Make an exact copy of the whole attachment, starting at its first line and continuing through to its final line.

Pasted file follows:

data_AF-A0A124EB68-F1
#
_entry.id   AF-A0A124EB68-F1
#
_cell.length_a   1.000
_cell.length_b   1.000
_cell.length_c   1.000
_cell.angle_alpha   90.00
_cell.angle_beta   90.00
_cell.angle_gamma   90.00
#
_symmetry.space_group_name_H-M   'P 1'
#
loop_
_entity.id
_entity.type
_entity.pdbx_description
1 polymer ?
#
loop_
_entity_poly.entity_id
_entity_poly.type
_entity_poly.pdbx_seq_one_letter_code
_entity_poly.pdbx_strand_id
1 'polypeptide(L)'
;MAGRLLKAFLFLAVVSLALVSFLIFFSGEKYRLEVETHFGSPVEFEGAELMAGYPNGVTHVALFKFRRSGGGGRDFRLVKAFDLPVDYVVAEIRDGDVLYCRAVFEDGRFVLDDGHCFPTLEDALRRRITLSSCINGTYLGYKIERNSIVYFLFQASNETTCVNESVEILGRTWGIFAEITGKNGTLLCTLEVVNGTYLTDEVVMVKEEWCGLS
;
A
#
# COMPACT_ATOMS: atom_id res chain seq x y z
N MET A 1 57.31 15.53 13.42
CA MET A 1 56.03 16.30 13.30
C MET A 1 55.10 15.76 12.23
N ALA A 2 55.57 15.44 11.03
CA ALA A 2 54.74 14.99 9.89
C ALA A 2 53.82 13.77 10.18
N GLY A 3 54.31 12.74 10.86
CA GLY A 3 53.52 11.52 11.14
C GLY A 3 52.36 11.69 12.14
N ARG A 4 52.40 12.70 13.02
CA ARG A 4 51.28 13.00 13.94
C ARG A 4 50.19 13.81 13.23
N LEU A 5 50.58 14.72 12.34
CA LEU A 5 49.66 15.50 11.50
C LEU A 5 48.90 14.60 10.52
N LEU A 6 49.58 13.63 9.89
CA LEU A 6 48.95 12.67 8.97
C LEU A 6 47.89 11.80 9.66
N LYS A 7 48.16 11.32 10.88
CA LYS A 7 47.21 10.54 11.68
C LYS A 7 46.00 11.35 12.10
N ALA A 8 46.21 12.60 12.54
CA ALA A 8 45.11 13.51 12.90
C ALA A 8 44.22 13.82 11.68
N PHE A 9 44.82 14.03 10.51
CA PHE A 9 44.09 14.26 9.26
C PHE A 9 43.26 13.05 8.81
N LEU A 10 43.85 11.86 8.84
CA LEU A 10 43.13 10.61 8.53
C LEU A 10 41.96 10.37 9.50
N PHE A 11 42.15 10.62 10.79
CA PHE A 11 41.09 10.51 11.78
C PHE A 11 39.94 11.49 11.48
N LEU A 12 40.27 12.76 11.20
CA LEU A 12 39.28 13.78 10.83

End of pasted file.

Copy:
data_AF-A0A124EB68-F1
#
_entry.id   AF-A0A124EB68-F1
#
_cell.length_a   1.000
_cell.length_b   1.000
_cell.length_c   1.000
_cell.angle_alpha   90.00
_cell.angle_beta   90.00
_cell.angle_gamma   90.00
#
_symmetry.space_group_name_H-M   'P 1'
#
loop_
_entity.id
_entity.type
_entity.pdbx_description
1 polymer ?
#
loop_
_entity_poly.entity_id
_entity_poly.type
_entity_poly.pdbx_seq_one_letter_code
_entity_poly.pdbx_strand_id
1 'polypeptide(L)'
;MAGRLLKAFLFLAVVSLALVSFLIFFSGEKYRLEVETHFGSPVEFEGAELMAGYPNGVTHVALFKFRRSGGGGRDFRLVKAFDLPVDYVVAEIRDGDVLYCRAVFEDGRFVLDDGHCFPTLEDALRRRITLSSCINGTYLGYKIERNSIVYFLFQASNETTCVNESVEILGRTWGIFAEITGKNGTLLCTLEVVNGTYLTDEVVMVKEEWCGLS
;
A
#
# COMPACT_ATOMS: atom_id res chain seq x y z
N MET A 1 57.31 15.53 13.42
CA MET A 1 56.03 16.30 13.30
C MET A 1 55.10 15.76 12.23
N ALA A 2 55.57 15.44 11.03
CA ALA A 2 54.74 14.99 9.89
C ALA A 2 53.82 13.77 10.18
N GLY A 3 54.31 12.74 10.86
CA GLY A 3 53.52 11.52 11.14
C GLY A 3 52.36 11.69 12.14
N ARG A 4 52.40 12.70 13.02
CA ARG A 4 51.28 13.00 13.94
C ARG A 4 50.19 13.81 13.23
N LEU A 5 50.58 14.72 12.34
CA LEU A 5 49.66 15.50 11.50
C LEU A 5 48.90 14.60 10.52
N LEU A 6 49.58 13.63 9.89
CA LEU A 6 48.95 12.67 8.97
C LEU A 6 47.89 11.80 9.66
N LYS A 7 48.16 11.32 10.88
CA LYS A 7 47.21 10.54 11.68
C LYS A 7 46.00 11.35 12.10
N ALA A 8 46.21 12.60 12.54
CA ALA A 8 45.11 13.51 12.90
C ALA A 8 44.22 13.82 11.68
N PHE A 9 44.82 14.03 10.51
CA PHE A 9 44.09 14.26 9.26
C PHE A 9 43.26 13.05 8.81
N LEU A 10 43.85 11.86 8.84
CA LEU A 10 43.13 10.61 8.53
C LEU A 10 41.96 10.37 9.50
N PHE A 11 42.15 10.62 10.79
CA PHE A 11 41.09 10.51 11.78
C PHE A 11 39.94 11.49 11.48
N LEU A 12 40.27 12.76 11.20
CA LEU A 12 39.28 13.78 10.83